Thursday, July 15, 2010

SRI LANKA: Protest highlights hostility to international criticism

By Adithya Alles | Inter Press Service

Traffic now flows around the U.N. compound here in the Sri Lankan capital, and the dozens of policemen visible last week are no longer there. It is business as usual, a far cry from a week back when an angry minister’s death fast just outside the main U.N. office made the area the focus of international attention.

Minister of National Housing Wimal Weeravansha staged a hunger strike for two and half days starting Jul. 8 to protest U.N. Secretary-General Ban Ki-moon’s creation of an advisory panel on Sri Lanka, which has been under international scrutiny for human rights violations.

Weeravansha ended the fast only when President Mahinda Rajapaksa persuaded him to give it up.

Beyond hogging the international headlines for a few days, the four-day protest that started Jul. 6 highlighted what has been a trend for a while – of emotions that run high against what many perceive as unwelcome U.N. interest in Sri Lanka, and their hostility to criticism about the country’s human rights record in relation to the conduct of the last phase of the bloody civil war that ended last year.

Since May 2009, when government troops defeated the Tamil Tiger rebels, which for decades had fought for a separate homeland for minority Tamils, the country has received criticism about rights issues around the war, including displaced communities.

The government has refuted this, and fears of what is often called ‘unwarranted foreign intervention’ have been common here.

But the U.N. chief’s panel, formed to give him advice on Sri Lanka, does not have any mandate to initiate an inquiry into Sri Lanka, according to Ban himself. It also does not have the Security Council’s approval.

Still, many, especially those who support the President, fear that the panel is the first step toward an international inquiry into the conduct of the war.

Rajapaksa has gotten assurances that there would be no war crimes inquiry initiated by the United Nations, Weeravansha’s supporters said. "Eighty percent of our demands have been achieved," Jayantha Samaraweera, a member of the National Freedom Front led by Weeravansha, said after the fast.

A heightening of the rhetoric since the end of the fast – and protests that at one point included the blocking of U.N. staff from entering the compound and its closure for one day – have drawn concerns from diplomatic circles and some activists alike.

Already, U.N. Resident Representative Neil Buhne, whom Ban has recalled for consultations, is unlikely to be sent back to Colombo.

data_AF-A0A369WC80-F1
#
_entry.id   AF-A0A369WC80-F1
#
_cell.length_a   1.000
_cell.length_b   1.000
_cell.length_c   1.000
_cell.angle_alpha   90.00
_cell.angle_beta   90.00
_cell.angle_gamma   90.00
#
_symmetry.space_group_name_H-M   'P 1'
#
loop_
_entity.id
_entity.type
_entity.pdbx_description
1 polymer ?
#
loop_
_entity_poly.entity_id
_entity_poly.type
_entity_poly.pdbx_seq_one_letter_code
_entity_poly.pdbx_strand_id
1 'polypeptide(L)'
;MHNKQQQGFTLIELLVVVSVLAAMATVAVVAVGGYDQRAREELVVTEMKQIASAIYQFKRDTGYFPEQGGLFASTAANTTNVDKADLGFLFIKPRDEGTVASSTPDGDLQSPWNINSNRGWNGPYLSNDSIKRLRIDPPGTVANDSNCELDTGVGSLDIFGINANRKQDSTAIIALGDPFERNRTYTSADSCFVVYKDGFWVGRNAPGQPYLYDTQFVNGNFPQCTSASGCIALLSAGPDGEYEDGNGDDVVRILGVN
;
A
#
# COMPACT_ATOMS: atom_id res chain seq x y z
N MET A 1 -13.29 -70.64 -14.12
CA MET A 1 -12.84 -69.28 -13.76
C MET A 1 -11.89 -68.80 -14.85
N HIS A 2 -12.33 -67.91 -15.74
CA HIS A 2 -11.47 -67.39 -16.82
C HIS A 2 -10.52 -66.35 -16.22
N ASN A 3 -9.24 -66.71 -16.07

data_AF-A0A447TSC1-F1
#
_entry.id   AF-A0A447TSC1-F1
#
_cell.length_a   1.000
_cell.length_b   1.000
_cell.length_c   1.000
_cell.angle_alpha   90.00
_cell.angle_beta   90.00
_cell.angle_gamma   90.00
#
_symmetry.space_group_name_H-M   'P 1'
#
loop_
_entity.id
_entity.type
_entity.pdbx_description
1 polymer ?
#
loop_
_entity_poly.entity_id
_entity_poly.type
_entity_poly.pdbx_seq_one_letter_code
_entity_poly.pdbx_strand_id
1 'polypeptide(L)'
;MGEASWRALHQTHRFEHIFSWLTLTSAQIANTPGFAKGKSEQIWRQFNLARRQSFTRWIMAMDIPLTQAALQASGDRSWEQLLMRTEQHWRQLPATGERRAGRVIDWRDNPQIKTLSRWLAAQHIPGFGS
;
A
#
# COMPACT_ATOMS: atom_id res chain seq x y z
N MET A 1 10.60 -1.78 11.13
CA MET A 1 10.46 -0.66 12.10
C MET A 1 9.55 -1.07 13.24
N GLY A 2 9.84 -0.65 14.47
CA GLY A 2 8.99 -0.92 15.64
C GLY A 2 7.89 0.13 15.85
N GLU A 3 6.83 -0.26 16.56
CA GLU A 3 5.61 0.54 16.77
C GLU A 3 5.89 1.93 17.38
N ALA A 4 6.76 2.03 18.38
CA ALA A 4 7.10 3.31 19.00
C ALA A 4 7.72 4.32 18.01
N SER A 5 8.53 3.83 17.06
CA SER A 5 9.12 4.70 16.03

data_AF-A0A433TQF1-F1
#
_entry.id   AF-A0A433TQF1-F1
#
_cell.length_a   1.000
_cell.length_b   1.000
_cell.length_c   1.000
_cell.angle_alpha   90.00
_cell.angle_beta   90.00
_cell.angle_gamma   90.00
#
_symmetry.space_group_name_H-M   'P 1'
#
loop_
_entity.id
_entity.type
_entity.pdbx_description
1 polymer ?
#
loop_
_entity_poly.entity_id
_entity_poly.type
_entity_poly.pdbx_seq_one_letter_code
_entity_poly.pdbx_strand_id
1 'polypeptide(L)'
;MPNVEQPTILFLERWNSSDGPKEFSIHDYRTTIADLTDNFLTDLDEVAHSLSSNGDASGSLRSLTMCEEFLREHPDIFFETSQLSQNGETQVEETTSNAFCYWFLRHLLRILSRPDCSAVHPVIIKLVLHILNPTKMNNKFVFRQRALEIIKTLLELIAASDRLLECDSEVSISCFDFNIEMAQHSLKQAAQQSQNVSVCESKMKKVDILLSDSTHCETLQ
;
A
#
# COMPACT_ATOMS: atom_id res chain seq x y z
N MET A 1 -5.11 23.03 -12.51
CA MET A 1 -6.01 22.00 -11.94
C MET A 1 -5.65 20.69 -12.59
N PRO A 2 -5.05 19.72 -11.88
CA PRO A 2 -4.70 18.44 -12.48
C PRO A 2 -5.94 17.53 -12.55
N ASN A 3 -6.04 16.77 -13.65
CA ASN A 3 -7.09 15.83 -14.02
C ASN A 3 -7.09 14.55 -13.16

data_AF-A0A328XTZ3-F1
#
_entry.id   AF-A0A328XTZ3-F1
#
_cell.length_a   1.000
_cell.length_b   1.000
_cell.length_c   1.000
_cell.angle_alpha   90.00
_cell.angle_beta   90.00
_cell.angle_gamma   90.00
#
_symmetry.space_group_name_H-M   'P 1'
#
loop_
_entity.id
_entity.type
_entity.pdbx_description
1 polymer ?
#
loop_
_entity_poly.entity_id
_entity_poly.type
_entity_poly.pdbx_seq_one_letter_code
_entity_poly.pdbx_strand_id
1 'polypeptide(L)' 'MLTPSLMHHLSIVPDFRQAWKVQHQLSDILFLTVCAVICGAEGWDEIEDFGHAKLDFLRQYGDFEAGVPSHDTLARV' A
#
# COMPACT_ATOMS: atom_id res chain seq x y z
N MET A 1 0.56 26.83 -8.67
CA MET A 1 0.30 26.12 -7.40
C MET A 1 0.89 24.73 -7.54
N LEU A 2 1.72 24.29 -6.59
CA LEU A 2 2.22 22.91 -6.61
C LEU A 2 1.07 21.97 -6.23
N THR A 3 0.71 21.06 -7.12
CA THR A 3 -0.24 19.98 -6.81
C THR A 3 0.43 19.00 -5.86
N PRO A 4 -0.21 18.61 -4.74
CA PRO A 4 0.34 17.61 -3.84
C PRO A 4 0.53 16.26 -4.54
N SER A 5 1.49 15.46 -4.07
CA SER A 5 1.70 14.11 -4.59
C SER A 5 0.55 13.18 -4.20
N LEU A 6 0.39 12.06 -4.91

Jehan Perera, executive director of the National Peace Council, a national advocacy body, said that the recall was a tough reaction by the United Nations, and showed that this protest could have far-reaching repercussions. "If the government expected the UN to back down in the face of domestic protests, the UN reacted in a totally different manner by recalling the representative," he said.

During Weeravansha’s fast, Ban said in a statement: "The Secretary-General believes the strong reaction to his establishment of a Panel of Experts on accountability in Sri Lanka is not warranted."

The protest drew concern from the Colombo-based diplomatic corps, including the United States, European Union (EU) and other western nations. Countries like Russia, China and India, which helped Sri Lanka stave off action at the United Nations in New York in the past, remained non- committal through the fast.

Ban’s statement also referred to an agreement between Rajapaksa and the U.N. secretary-general on May 23, 2009, just five days after the bloody war ended. He said that the panel was set up to achieve the aims of that May 2009 statement, issued after Ban visited Sri Lanka.

"These objectives include the further fostering of reconciliation and related issues as well as reflecting the commitment by Sri Lanka to the promotion and protection of human rights and the importance of accountability," Ban’s statement last week said.

But "there was no mention of forming an advisory panel by the United Nations Secretary-General on Sri Lanka's accountability issues during the war in the joint statement," the foreign ministry said.

Still pursuing the line of rejecting a foreign role, Foreign Minister Gamini Peiris said that Sri Lankan government had set up a Lesson Learnt Reconciliation Commission in order to look into the conduct of the war. "The onus is passed on the government of Sri Lanka as this is purely an internal matter," he later told the media.

The disagreement with the U.N. secretary general is not the only high-profile diplomatic row that the government is having– and using the argument of foreign intervention on.

The EU recently scrapped Sri Lanka off a list of nations included in a preferential trade scheme known as the Generalised System of Preferences (GSP) Plus. The EU suspended the concessions worth at least 150 million U.S. dollars in 2008, arguing that Sri Lanka was in contravention of human rights covenants.

It later said that it was willing to restore the concession if Sri Lanka met a set of conditions, but the Rajapaksa government has rejected any agreement with EU conditions. "This is a sovereign government. The conditions are an insult to whole of Sri Lanka," government spokesman Keheliya Rambukwella had told IPS.

Peiris has met EU ambassadors on GSP Plus, but a breakthrough seems remote.

Perera says that continuing diplomatic rows could be harmful for the country and its economy, which is very dependent on external factors and perceptions. He explained: "Garment exports are affected by the removal of GSP Plus, and if events like what happened near the UN repeat, there will some impact on foreign investments and tourist arrivals."

© Inter Press Service

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